Inability to provide additional images of the item offered for sale. If the seller won’t provide additional images, this may indicate that they do not have the watch. Also be wary if the seller’s images do not match up in terms of the background, lighting, watermarks, focus, or date/time stamp. This may indicate that the seller is using several unrelated images copied from various sources to create the impression that they have the watch. Verify that the images are recent using a free online EXIF viewer that can provide date, time and other digital camera information of the photos.
Requirement that payment be sent via Western Union or similar "instant cash transfer" systems. The Western Union web site states that you should only use their service to send money to people you know personally.
Pressure to send funds or provide financial information quickly. For example, a seller may claim to have multiple offers and pressure you to act quickly by offering the watch to the first person to send funds or provide a credit card number. Be wary of these tactics. Genuine sellers want you to be happy with the transaction and will not pressure you to act hastily.
Offers to purchase the item you are selling from overseas buyers that present unusual circumstances or requests. For example, the buyer might want to pay with a check that is greater than your selling price and request that you pay the extra proceeds to a third party. Convoluted payment methods are often a sign of fraud.
Offers to purchase your item that include a request for you to provide the buyer with personal and financial information, such as your name, address, and bank account.
If you have doubts about your seller or the goods they are offering…
Ask for more images of the item. Make sure your seller actually has the item they are selling or trading. If you have any doubts, ask them to send you an image of the item with a current newspaper or magazine. If the item is a watch, ask them to send you a picture of it set to a specific time that differs from the time shown in the posted images.
Request a face to face transaction. If you’re not sure about a proposed deal, tell the seller you have a friend who lives near them and that you would like to conclude the transaction face to face through your friend. Most scammers will not accept such an offer.
Use Google and online telephone directories to check information provided to you. If your seller provides you with a business name and/or phone number, run Google searches on them. If you get an address, use Google, Mapquest and other resources to verify that it’s an actual address. Telephone to make sure the address you send your money or watch to is what the other party claims. For example, if they say it is a residence, make sure it is not a actually a shipping center, mail drop, hotel, or other location where someone might receive a package anonymously.
If your trading partner has provided a business name, check with their local Better Business Bureau.
Overseas transactions present a greater level of risk than deals with sellers in your home country. Some areas such as Nigeria, Indonesia and some Eastern European nations have come to be associated with high levels of online fraud and some experienced online sellers refuse to deal with individuals in these areas. If you enter a transaction with someone overseas and there are problems, the courts and law enforcement officials in your home country or city/state may be little help. Some sellers refuse to deal with buyers who live outside their home country for this reason. Finally, international transactions can present tax or duty , shipping, and import/export issues. For example, some sellers will not ship Rolex watches into the USA due to restrictions on their import. Take all of these factors into account and do your homework before entering into an overseas transaction.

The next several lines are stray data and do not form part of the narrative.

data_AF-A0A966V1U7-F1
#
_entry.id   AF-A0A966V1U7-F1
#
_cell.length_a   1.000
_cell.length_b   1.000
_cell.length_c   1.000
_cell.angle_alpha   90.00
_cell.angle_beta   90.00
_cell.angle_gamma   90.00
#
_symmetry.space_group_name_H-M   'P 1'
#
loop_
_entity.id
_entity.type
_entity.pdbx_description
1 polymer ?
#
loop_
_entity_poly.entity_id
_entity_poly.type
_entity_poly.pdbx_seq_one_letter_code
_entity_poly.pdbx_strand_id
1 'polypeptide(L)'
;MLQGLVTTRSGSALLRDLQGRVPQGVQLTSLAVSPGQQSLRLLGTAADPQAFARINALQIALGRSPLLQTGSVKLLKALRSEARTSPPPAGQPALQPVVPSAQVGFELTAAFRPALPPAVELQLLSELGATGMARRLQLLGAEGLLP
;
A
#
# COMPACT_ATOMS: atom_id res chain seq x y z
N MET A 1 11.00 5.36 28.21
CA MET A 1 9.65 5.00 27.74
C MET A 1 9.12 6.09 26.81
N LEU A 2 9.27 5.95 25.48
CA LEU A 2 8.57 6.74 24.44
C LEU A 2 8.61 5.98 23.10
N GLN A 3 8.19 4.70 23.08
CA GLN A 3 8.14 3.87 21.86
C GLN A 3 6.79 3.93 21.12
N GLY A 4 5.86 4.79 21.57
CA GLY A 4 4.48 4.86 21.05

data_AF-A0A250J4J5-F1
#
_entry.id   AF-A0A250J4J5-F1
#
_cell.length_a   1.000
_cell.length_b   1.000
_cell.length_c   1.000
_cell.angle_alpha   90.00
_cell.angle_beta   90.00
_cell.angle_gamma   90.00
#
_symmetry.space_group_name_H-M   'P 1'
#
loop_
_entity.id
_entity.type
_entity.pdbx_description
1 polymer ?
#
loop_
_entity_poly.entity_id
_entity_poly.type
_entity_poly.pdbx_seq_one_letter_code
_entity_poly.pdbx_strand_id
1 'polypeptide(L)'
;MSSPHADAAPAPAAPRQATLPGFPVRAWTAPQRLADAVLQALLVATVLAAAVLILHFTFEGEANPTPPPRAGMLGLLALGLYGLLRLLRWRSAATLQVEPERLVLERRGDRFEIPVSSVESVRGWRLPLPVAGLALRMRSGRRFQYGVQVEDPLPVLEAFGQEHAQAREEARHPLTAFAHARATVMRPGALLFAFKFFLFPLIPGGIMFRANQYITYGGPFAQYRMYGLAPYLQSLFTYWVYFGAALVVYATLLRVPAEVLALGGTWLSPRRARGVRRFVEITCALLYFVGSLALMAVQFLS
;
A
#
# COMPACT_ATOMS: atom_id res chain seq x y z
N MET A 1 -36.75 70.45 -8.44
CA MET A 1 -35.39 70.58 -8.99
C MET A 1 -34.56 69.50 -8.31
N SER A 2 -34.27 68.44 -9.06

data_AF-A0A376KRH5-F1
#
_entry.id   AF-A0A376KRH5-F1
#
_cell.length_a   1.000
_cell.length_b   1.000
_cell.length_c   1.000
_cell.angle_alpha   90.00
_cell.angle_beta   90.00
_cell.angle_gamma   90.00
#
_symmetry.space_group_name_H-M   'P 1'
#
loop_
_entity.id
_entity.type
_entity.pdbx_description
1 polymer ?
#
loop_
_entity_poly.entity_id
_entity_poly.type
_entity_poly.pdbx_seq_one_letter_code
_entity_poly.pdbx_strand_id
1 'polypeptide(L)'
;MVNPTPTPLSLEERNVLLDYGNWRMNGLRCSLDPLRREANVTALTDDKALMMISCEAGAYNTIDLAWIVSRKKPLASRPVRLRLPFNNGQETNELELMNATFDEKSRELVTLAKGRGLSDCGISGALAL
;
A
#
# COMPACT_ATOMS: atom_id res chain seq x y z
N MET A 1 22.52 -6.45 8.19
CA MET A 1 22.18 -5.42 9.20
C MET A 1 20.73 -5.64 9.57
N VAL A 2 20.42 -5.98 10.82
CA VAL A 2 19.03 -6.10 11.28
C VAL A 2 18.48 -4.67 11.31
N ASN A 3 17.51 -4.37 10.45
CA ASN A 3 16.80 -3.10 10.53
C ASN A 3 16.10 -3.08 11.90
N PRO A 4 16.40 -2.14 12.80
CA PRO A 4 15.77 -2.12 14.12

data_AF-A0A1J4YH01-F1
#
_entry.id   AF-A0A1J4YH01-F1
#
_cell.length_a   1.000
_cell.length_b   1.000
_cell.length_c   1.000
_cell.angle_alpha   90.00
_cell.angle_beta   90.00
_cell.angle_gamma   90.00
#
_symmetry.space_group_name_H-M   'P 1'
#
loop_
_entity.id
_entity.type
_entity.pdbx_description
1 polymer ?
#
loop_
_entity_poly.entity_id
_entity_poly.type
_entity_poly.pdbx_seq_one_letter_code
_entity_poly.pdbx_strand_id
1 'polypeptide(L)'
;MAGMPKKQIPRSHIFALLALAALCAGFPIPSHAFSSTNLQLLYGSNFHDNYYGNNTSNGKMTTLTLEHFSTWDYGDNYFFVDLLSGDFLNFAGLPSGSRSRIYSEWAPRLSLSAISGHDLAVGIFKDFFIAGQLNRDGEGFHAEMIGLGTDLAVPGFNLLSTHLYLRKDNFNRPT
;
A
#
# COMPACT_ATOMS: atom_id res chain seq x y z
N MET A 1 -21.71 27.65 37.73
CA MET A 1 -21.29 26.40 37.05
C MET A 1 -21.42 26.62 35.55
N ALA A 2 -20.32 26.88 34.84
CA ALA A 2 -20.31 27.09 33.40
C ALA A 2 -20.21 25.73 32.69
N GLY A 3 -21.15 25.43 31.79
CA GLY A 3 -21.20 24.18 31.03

Common Scams to Watch Out For
Payment sent, no goods sent in return. This is the most common scam. A seller offers an item for sale. They may have the item, or they may use borrowed images to create the impression they have the item. They convince you to send money, but they never send you anything.
Trader seeks to exchange their watch for yours. You ship your watch to the other party, they do not send you a watch, or they ship you a cheap fake watch or a box with a rock in it.
Counterfeit watch sold as genuine, or genuine watch offered but counterfeit watch sent. The seller may possess a genuine watch and so be able to send you specially requested images. The buyer sends payment, and the seller ships a fake watch. This scam will fool most escrow companies because they do not inspect packages or guarantee the authenticity of the goods they handle.
Counterfeit bank checks or money orders sent as payment. Buyer usually insists waiting for check to clear is not required since they are sending a bank, certified, or cashier’s check, or a money order. Seller agrees and ships the watch on the same day the check or money order is deposited. A few days later, seller’s bank informs seller that the check or money order was a fake. Today even U.S. Postal Service money orders are being counterfeited. Be careful!
Third party checks: Be wary of buyers who seek to pay with third party checks, or with checks that are for more than your asking price. Convoluted payment methods are often a sign of a scam.
Phishing and Identity Theft: The “for sale” or “for trade” posting is a ruse to get buyers to disclose personal information such as names, addresses, credit card numbers, or bank account information. The seller may pressure the buyer to provide information quickly to secure the item being offered. If you are a seller, a buyer may tell you they need your confidential financial data to transfer funds.
If you think you might have been scammed…
Save a copy of the ad(s) you responded to.
Save all e-mails to and from the seller. Save anything the seller sent you, such as a box and anything inside. These items may contain postmarks, fingerprints, or other evidence.
Contact your local police and ask about filing a police report. Inquire about filing a report with the FBI.
If the U.S. Postal Service was used in your transaction, contact the Postal Inspector.
Report the incident on the Watchnet Deal Watch board.
Get the word out and help prevent others from being taken.
Online Fraud Resources:
General information about avoiding scams (relates to cars but contains useful information)